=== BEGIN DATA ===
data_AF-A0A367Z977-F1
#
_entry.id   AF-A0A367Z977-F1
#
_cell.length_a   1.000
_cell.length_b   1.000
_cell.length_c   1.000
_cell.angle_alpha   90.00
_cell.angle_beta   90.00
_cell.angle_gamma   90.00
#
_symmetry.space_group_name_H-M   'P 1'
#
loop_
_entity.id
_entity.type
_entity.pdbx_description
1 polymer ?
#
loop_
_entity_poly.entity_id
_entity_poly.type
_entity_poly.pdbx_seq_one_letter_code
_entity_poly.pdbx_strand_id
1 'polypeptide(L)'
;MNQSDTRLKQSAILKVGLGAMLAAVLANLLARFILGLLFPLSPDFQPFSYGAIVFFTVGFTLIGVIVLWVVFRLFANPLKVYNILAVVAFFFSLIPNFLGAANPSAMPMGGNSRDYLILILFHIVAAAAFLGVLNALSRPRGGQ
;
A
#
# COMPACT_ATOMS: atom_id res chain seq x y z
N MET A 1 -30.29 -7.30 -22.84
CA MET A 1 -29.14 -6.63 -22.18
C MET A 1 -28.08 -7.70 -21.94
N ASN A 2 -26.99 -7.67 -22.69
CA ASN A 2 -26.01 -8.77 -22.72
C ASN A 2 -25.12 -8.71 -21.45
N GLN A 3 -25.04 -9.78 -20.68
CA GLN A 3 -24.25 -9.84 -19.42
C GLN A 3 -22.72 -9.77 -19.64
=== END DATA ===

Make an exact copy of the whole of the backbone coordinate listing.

data_AF-A0A367Z977-F1
#
_entry.id   AF-A0A367Z977-F1
#
_cell.length_a   1.000
_cell.length_b   1.000
_cell.length_c   1.000
_cell.angle_alpha   90.00
_cell.angle_beta   90.00
_cell.angle_gamma   90.00
#
_symmetry.space_group_name_H-M   'P 1'
#
loop_
_entity.id
_entity.type
_entity.pdbx_description
1 polymer ?
#
loop_
_entity_poly.entity_id
_entity_poly.type
_entity_poly.pdbx_seq_one_letter_code
_entity_poly.pdbx_strand_id
1 'polypeptide(L)'
;MNQSDTRLKQSAILKVGLGAMLAAVLANLLARFILGLLFPLSPDFQPFSYGAIVFFTVGFTLIGVIVLWVVFRLFANPLKVYNILAVVAFFFSLIPNFLGAANPSAMPMGGNSRDYLILILFHIVAAAAFLGVLNALSRPRGGQ
;
A
#
# COMPACT_ATOMS: atom_id res chain seq x y z
N MET A 1 -30.29 -7.30 -22.84
CA MET A 1 -29.14 -6.63 -22.18
C MET A 1 -28.08 -7.70 -21.94
N ASN A 2 -26.99 -7.67 -22.69
CA ASN A 2 -26.01 -8.77 -22.72
C ASN A 2 -25.12 -8.71 -21.45
N GLN A 3 -25.04 -9.78 -20.68
CA GLN A 3 -24.25 -9.84 -19.42
C GLN A 3 -22.72 -9.77 -19.64